The artificial intelligence of both your adversaries and allies in Bad Company isn’t exactly sterling. Enemy soldiers are fairly incompetent at times, and will often perform idiotic actions such as taking cover behind explosive barrels, if they actually take cover at all. Often, they will run out in front of you, look at you, and do nothing – as though they are just waiting to be shot in the face. Conversely, enemy troops also seem to have an incredible ability for spotting and shooting you from afar. Nevertheless, even though in Bad Company the Russian army and mercenary forces seem to be composed of hundreds of village idiots, thanks to the sheer number of them the game is never too easy. In fact, the difficulty level in Bad Company is just right and with the three difficulty settings of Easy, Normal and Hard, you can be sure that no matter what your level of talent, you will be able to enjoy Bad Company’s campaign mode without being infinitely frustrated.
For all the attention drawn to the brilliantly destructible environments, this installment of Battlefield sounds great as well. The sound of a gunshot differs between weapons, and you will notice a stark difference between firing a weapon indoors and outside. From the splintering of wood to the loud whoosh of a rocket shooting past your ear, the sound effects in Bad Company are simply fantastic. The soundtrack isn’t quite as remarkable; however it isn’t poor by any stretch of the imagination.
Bad Company’s online multiplayer is a real treat. The staple conquest mode of previous Battlefield games is not included this time around; however there is talk of this being released in the future as a downloadable extra. In fact, in Bad Company there is only a single game mode, creatively titled Gold Rush. Essentially, it works as a simple attack and defend game mode, however it does give you a lot of bang for your buck. There are massive sandbox maps which can host 24 players each. On top of this, there are plenty of vehicles such as helicopters, jeeps and tanks. Although there are a nice variety of vehicles, the supply of them is remarkably sparse, so perhaps a higher number of the vehicles on maps would please players. Vehicles are easy to control and – apart from the heavy tank – aren’t really too cumbersome, which is a pleasant surprise considering the awful controls often associated with vehicles in FPS games.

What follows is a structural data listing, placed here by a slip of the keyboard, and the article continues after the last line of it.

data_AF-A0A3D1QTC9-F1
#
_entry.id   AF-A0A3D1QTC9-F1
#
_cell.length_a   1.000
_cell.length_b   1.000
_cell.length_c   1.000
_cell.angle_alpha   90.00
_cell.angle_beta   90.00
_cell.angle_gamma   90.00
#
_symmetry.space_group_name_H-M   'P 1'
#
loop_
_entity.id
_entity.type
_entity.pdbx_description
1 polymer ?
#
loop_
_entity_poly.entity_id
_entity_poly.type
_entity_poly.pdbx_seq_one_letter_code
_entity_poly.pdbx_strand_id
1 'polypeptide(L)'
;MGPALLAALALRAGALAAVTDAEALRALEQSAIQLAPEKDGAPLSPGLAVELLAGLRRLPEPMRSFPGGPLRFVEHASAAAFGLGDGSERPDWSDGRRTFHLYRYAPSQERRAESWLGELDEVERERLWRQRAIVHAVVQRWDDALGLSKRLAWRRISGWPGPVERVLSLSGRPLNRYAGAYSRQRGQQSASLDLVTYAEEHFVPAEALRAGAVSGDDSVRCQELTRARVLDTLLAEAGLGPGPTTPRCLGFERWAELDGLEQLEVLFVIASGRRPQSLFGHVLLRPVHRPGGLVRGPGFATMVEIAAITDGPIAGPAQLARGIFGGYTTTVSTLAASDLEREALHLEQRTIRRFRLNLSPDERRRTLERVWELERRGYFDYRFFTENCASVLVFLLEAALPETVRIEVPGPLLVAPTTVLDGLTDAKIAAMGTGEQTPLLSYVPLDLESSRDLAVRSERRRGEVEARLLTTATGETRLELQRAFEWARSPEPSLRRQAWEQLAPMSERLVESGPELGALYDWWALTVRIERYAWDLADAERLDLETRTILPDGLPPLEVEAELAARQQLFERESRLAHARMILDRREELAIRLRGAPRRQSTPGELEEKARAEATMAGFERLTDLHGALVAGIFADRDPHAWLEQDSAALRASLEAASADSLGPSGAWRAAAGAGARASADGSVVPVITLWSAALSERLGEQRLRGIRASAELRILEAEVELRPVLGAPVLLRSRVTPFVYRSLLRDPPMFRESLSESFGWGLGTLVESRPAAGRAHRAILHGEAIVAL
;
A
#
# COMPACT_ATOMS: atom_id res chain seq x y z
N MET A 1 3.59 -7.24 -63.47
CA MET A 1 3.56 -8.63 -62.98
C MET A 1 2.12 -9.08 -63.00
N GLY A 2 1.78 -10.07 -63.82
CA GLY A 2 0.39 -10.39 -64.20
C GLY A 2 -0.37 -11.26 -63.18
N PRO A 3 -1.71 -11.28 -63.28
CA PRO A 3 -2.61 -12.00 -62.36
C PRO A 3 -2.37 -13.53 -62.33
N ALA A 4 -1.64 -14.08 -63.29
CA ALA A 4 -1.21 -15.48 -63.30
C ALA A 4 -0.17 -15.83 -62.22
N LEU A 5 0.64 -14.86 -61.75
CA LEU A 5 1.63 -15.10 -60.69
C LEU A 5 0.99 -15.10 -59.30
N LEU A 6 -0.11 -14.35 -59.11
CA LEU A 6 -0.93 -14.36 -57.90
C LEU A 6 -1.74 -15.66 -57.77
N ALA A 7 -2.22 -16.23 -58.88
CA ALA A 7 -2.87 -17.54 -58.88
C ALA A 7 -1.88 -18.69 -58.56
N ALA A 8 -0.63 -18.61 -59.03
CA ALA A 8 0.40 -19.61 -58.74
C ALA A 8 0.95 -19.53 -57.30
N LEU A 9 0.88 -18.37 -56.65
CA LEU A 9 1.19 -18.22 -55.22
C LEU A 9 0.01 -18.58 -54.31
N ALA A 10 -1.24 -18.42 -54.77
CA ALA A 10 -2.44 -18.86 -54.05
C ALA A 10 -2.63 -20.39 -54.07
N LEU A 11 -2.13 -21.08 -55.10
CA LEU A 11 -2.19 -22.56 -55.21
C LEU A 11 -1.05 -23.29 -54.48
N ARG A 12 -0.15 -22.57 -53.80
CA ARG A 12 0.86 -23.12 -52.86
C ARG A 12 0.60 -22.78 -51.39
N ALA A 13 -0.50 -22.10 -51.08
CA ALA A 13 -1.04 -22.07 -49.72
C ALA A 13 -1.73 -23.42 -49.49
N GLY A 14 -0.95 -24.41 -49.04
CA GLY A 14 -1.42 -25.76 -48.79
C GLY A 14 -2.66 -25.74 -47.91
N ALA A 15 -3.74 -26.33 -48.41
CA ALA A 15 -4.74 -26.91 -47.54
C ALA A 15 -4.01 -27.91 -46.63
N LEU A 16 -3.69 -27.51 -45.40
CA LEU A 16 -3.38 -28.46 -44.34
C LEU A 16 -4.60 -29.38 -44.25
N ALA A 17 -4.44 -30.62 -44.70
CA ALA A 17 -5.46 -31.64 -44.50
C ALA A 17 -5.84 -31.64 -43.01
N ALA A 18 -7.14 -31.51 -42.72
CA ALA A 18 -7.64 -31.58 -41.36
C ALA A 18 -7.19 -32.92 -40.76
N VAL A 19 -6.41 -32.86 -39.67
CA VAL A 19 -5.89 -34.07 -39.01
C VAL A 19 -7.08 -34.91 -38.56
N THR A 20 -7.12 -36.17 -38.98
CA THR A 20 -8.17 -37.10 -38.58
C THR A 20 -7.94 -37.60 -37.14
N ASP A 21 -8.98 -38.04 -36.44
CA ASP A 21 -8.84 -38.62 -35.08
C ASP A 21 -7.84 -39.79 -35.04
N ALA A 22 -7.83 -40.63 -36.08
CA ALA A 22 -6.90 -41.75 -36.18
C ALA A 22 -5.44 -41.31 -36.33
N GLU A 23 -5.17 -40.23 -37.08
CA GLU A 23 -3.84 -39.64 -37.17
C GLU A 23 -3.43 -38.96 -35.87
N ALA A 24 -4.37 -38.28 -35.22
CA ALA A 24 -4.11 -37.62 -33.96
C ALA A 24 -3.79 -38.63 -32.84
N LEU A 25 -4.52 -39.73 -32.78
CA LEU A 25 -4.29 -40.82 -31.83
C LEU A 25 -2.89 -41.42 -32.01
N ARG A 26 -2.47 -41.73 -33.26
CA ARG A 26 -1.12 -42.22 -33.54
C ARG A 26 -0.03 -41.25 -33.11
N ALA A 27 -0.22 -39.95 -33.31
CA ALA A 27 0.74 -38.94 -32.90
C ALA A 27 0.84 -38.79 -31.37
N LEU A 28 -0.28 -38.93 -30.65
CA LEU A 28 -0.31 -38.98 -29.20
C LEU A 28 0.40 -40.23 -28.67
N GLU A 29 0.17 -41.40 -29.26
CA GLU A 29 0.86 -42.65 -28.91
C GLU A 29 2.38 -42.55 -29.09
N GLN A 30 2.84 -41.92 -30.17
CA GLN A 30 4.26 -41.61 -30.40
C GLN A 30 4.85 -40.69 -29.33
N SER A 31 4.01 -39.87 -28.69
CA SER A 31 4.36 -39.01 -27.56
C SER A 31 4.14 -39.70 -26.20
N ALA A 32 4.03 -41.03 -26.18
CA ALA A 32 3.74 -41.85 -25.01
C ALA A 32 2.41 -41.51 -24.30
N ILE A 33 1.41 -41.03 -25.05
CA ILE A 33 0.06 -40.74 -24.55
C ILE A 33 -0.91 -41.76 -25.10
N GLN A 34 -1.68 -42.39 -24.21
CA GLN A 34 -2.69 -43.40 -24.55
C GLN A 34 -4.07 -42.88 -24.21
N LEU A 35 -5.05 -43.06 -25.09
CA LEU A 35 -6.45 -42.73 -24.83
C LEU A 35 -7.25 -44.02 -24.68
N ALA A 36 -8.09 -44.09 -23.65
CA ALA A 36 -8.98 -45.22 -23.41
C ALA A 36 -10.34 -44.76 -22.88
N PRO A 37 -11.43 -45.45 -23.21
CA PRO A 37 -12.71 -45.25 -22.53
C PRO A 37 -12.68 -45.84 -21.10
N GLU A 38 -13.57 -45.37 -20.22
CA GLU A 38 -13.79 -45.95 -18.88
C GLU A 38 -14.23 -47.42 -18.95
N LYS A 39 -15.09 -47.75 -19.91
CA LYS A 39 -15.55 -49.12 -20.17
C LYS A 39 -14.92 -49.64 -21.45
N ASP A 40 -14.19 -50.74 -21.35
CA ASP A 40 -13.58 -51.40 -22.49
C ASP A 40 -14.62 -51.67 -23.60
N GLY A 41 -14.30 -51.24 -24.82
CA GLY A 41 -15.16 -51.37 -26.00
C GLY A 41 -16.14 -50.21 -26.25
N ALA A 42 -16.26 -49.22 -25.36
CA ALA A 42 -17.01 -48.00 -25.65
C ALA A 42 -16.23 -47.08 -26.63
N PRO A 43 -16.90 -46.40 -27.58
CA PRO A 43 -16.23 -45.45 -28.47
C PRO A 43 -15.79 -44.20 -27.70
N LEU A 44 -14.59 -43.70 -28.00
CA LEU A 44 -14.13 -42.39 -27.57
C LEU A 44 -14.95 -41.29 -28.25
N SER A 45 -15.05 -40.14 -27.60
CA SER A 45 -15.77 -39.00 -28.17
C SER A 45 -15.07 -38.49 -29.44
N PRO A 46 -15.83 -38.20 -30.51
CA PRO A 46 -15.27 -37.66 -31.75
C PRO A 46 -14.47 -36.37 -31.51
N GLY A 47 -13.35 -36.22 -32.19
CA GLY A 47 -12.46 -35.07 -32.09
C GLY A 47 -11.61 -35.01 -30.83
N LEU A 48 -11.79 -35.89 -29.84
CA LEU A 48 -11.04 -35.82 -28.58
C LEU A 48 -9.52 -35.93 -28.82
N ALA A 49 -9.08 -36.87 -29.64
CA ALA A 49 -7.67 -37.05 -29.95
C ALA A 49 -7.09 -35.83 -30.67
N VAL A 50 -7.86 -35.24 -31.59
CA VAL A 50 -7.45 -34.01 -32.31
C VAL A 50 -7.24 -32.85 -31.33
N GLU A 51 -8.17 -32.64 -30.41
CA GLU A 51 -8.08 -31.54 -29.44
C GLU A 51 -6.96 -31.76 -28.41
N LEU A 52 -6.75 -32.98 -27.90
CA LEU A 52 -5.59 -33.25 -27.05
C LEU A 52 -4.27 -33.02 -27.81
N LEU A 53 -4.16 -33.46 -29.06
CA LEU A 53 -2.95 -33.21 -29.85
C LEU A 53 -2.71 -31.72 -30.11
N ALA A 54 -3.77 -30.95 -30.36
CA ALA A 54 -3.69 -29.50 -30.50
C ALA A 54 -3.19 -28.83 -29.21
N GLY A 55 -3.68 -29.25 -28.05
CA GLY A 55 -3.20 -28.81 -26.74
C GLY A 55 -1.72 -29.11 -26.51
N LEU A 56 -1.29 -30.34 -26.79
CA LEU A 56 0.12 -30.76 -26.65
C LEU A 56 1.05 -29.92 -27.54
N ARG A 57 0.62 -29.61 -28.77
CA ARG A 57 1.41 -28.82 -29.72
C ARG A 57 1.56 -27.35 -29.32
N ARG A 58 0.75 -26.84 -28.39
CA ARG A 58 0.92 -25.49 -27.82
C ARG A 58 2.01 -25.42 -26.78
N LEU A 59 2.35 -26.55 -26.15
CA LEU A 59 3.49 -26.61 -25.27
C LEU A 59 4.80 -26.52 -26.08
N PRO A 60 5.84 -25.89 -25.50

Visually, you won’t find Bad Company turning too many heads. It doesn’t look bad by any stretch of the imagination. Sure, the buildings and the destruction thereof looks spectacular, but all of Bad Company seems to have been put through some sort of muddy filter. Everything looks pretty realistic, but with the usual quality of graphics these days, it doesn’t do much to impress.
Battlefield: Bad Company is by no means perfect. Having said that, it is still one of the most enjoyable and entertaining shooters of the year. The single player is a short but enjoyable campaign with fairly likable characters, and the online mode is incredibly addictive. This sandbox shooter is a bit of harmless, destructive fun, and is certainly worth your money. If you aren’t prepared to shell out the full price for this game, it makes for one hell of a good rental.
Posted: 2008-08-17 13:20:31 PST